Obama’s Final Budget Contains Far-Reaching Tax Proposalsby
On Feb. 9, President Obama released his federal budget proposals for the 2017 fiscal year. The US Treasury Department’s “General Explanations of the Administration’s Fiscal Year 2017 Revenue Proposals” (the so-called “Greenbook”) was released later that day. New proposals in the budget include dramatically altering the way capital gains are taxed, largely eliminating “stepped up” basis, modifying two key provisions in the Affordable Care Act, and providing a number of incentives to encourage retirement savings and expand access to savings programs.
Although many of these proposals are unlikely to become law, the budget nonetheless is a strong policy statement that may well influence the tone and direction of the coming tax debate in the presidential election, both in respect to politicians who generally align themselves with his objectives and those who vehemently disagree with them.
The process for passing a budget generally begins with the president submitting a comprehensive detailed budget request to Congress. Then, the House and Senate Budget committees typically hold hearings on the president’s budget request, inviting White House officials to testify (which the committees’ chairmen have decided not to do this year), then pass their own respective budgets, which are in turn negotiated by the full House and Senate before passage of a single congressional budget resolution. The budget resolution is then the basis of annual appropriation bills.
For the 2017 fiscal year (i.e., starting Oct. 1, 2016), spending levels have already been set by the Bipartisan Budget Act of 2015, and the president’s budget stuck to them. The president’s budget is essentially a suggested method of allocating the agreed-upon funds.
According to reports, some lawmakers oppose the agreed-to spending levels and might be unwilling to pass a budget of any sort based on those figures.
The proposals would generally apply for tax years beginning, property placed in service, and other triggering events occurring after Dec. 31, 2016.
Business Tax Proposals
In his budget, the president introduced the following business tax proposals:
- Implement a new $5,000 per-student “Community College Partnership Tax Credit” for businesses that hire graduates from community and technical colleges, as an incentive to encourage employer engagement and investment in these education and training pathways.
- Impose a new “financial fee” – i.e., a 7 percent basis-point fee on liabilities of large, highly-leveraged financial institutions.
- Increase the maximum Code Section 179 expensing limit to $1 million, indexed for inflation.
- Expand simplified accounting for small business and establish a uniform definition of “small business” for accounting methods.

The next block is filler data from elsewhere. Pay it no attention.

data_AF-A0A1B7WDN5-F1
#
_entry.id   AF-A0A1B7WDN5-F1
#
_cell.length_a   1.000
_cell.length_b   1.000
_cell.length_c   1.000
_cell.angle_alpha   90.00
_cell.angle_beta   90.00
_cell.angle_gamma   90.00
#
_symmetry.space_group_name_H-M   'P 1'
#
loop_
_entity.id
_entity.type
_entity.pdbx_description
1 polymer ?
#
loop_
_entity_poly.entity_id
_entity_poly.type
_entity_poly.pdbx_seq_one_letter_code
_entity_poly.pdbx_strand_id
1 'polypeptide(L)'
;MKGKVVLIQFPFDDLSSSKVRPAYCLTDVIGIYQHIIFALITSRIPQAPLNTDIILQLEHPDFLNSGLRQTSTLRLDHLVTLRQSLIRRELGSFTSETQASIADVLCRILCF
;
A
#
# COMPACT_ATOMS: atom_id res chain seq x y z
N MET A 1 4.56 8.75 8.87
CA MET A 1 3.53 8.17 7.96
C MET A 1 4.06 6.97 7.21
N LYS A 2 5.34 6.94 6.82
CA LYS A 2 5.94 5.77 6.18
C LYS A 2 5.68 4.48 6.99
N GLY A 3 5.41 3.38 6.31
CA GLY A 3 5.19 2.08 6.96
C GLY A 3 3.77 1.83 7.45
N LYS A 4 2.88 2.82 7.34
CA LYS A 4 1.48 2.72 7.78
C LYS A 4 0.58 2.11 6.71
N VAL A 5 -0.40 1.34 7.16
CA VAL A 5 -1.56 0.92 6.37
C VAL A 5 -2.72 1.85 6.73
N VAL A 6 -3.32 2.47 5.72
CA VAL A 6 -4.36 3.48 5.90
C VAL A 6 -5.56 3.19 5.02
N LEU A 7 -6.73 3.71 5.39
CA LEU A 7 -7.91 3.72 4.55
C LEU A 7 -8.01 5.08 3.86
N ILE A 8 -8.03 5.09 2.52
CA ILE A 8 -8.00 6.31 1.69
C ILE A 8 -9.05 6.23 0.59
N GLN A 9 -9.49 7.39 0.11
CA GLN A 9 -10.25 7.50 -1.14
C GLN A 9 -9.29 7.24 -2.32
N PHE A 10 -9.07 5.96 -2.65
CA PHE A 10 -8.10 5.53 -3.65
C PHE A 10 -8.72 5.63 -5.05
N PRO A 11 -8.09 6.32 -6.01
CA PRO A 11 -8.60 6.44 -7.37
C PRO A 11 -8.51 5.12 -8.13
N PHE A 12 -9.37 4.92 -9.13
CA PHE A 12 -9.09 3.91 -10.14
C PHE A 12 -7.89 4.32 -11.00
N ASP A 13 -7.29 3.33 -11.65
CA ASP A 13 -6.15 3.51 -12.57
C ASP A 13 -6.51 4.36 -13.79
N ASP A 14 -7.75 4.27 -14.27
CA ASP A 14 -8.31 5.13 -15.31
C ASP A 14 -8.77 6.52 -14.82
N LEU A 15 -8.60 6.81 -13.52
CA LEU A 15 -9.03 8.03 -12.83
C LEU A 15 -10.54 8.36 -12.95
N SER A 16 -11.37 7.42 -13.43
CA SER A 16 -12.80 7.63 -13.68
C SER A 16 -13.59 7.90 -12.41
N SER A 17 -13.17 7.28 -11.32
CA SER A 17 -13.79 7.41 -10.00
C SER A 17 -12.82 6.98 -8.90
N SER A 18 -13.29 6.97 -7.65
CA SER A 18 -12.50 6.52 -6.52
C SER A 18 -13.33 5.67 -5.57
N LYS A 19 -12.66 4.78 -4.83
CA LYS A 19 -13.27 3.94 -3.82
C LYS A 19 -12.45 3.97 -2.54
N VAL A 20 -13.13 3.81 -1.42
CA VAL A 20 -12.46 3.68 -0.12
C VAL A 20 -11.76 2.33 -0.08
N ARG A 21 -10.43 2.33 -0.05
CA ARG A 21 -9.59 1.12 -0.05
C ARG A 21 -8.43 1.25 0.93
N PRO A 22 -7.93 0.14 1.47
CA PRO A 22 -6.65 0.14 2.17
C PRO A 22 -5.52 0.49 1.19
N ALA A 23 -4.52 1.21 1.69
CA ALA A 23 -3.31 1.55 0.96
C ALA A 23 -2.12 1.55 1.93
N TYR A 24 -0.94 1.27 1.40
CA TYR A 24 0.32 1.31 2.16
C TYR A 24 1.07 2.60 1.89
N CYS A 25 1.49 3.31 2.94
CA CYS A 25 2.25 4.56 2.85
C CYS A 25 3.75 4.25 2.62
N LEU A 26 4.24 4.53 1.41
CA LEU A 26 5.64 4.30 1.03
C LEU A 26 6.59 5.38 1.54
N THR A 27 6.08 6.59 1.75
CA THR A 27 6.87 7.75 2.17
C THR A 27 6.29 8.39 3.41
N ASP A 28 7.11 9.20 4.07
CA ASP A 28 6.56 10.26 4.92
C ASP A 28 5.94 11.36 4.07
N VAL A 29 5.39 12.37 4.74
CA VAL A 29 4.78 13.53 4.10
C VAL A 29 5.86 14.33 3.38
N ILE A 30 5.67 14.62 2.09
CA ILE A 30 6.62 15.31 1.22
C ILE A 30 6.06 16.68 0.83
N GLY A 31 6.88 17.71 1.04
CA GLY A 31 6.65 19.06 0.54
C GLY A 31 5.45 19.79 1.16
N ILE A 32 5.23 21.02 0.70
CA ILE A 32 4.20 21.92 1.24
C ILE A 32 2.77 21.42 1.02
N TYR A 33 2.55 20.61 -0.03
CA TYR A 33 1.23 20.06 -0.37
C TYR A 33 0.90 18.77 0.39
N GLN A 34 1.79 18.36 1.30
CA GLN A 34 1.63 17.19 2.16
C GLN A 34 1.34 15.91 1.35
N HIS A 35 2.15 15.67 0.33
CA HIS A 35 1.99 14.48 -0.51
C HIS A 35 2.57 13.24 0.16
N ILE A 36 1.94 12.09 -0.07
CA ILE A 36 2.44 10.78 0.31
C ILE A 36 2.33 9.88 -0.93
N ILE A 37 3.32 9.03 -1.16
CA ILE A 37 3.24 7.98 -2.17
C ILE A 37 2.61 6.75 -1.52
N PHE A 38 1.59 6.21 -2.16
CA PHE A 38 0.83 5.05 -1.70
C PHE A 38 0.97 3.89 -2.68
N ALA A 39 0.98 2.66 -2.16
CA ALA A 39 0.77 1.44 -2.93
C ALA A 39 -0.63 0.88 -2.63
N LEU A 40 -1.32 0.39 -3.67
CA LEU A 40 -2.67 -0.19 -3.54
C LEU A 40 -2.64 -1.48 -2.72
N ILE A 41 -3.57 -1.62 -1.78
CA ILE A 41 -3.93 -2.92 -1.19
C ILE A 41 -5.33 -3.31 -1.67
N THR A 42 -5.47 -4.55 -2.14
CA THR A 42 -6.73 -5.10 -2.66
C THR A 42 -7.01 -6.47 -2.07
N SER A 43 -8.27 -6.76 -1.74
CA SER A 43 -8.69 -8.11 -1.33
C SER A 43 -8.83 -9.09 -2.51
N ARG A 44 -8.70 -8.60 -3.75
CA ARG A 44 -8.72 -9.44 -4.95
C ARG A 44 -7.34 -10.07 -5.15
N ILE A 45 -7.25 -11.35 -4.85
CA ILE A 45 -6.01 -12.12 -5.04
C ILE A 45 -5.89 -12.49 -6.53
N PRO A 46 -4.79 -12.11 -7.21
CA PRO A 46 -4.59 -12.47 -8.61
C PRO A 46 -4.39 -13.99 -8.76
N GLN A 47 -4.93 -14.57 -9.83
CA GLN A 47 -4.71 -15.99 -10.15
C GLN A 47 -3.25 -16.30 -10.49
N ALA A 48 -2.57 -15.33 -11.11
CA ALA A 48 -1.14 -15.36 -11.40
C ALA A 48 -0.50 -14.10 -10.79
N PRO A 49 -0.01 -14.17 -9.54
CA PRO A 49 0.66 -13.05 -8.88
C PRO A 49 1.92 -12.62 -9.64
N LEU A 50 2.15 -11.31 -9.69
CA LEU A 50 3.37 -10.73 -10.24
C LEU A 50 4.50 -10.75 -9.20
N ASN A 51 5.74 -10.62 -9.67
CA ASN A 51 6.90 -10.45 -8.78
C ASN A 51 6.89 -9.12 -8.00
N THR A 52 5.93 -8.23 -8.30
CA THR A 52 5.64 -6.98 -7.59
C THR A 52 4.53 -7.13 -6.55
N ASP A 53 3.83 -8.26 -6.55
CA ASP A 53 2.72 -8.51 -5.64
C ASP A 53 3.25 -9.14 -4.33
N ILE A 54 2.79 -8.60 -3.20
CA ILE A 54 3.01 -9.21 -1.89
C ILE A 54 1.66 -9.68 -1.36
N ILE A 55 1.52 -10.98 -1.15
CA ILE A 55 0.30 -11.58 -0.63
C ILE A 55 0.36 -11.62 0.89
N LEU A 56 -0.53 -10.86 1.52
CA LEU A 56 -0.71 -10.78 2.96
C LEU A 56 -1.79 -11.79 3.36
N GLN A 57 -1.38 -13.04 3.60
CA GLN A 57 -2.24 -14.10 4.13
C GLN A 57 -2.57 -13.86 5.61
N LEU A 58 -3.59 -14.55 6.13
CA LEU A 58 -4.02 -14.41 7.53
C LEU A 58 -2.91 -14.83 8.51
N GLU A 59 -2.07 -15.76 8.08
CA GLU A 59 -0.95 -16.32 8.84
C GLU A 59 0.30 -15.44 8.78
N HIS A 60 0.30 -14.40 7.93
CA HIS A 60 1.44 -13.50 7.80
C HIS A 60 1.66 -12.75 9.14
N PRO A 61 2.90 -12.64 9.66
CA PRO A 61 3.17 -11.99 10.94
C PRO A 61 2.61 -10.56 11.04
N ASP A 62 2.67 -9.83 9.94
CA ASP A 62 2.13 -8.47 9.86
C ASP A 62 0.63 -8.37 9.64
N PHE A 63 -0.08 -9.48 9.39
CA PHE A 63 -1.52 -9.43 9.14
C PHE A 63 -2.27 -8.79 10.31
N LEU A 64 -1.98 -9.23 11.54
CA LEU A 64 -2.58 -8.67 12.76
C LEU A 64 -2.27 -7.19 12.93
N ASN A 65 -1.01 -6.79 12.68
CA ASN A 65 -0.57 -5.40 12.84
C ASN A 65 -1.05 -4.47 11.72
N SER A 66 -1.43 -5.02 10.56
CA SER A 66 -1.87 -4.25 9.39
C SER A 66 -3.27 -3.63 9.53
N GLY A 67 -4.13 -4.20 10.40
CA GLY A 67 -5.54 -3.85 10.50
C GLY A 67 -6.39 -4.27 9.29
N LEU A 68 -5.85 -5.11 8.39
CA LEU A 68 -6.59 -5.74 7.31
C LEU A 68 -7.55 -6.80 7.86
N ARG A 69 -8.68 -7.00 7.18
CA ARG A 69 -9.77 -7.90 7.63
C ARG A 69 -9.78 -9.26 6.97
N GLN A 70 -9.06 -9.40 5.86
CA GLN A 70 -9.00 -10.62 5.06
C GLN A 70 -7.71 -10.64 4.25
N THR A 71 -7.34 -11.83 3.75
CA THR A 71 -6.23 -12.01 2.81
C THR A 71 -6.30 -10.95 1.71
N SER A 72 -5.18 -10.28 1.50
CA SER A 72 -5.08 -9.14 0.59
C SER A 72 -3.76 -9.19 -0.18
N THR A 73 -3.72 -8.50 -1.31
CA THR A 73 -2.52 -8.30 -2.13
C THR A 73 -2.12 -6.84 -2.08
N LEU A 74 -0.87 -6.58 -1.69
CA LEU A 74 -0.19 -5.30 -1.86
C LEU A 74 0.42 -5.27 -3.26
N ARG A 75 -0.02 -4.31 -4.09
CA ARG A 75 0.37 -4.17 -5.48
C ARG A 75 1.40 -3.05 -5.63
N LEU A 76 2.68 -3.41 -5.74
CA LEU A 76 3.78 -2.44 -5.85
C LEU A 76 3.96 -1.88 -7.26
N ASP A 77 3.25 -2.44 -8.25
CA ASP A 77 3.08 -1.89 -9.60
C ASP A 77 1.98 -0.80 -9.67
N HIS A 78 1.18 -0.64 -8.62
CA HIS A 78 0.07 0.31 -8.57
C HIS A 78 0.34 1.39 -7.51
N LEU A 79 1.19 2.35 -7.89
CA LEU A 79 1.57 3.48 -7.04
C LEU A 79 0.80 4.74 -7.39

- Increase the limitations for deductible new business expenditures (to $20,000) and consolidate provisions for startup and organizational expenditures.
- Expand and simplify the tax credit provided to qualified small employers for nonelective contributions to employee health insurance, by increasing the maximum number of employees a qualifying employer can have to 50 and increasing the threshold at which the credit begins to phase out to 20 employees.
- Simplify and expand the research tax credit.
- Permanently extend the Work Opportunity Tax Credit (WOTC), currently in effect through 2019, expand the definition of a “qualified veteran,” and provide that qualified first-year wages of up to $12,000 paid to such individuals would be eligible for the WOTC.
- Raise the Federal Unemployment Tax Act (FUTA) wage base in 2018 to $40,000 per worker, index the wage base to wage growth for subsequent years, and reduce the net federal unemployment insurance tax from 0.8 percent (after the proposed permanent reenactment and extension of the FUTA surtax) to 0.167 percent.
Tax Changes for Individuals
The president’s plan calls for numerous changes to be made for individuals, including those that:
- Increase the top tax rate on capital gains and dividends to 24.2 percent (plus the 3.8 percent net investment income tax, for a total top rate of 28 percent).
- Consolidate the Lifetime Learning Credit into an expanded American Opportunity Tax Credit (AOTC), and make the AOTC available for five years and refundable up to $1,500. Index for inflation the refundable portion of the AOTC and the expense limits.
- Increase and expand the Earned Income Tax Credit (EITC) for workers without qualifying children and noncustodial parents (i.e., such that taxpayers who are otherwise eligible for the EITC but who reside with qualifying children for whom they do not claim an EITC can now claim the EITC for themselves).
- Create a “Second-Earner Tax Credit” for married couples where both spouses work.
- End the loophole that allows some high-paid professionals to avoid paying Medicare and Social Security payroll taxes, and close gaps between the Self-Employment Contributions Act (SECA) tax and the net investment income tax (NIIT) to ensure that all high-income individuals fully contribute to Medicare, either through the NIIT or through payroll or SECA taxes.
- Repeal dependent-care flexible spending accounts and increase the Child and Dependent Care Tax Credit, with a larger credit for families with children under age 5. The full credit would be available to working families with incomes up to $120,000.
Catherine E. Murray is a senior tax analyst with Thomson Reuters Checkpoint within the Tax & Accounting business of Thomson Reuters. Catherine is a federal tax generalist who focuses primarily on writing current awareness tax news...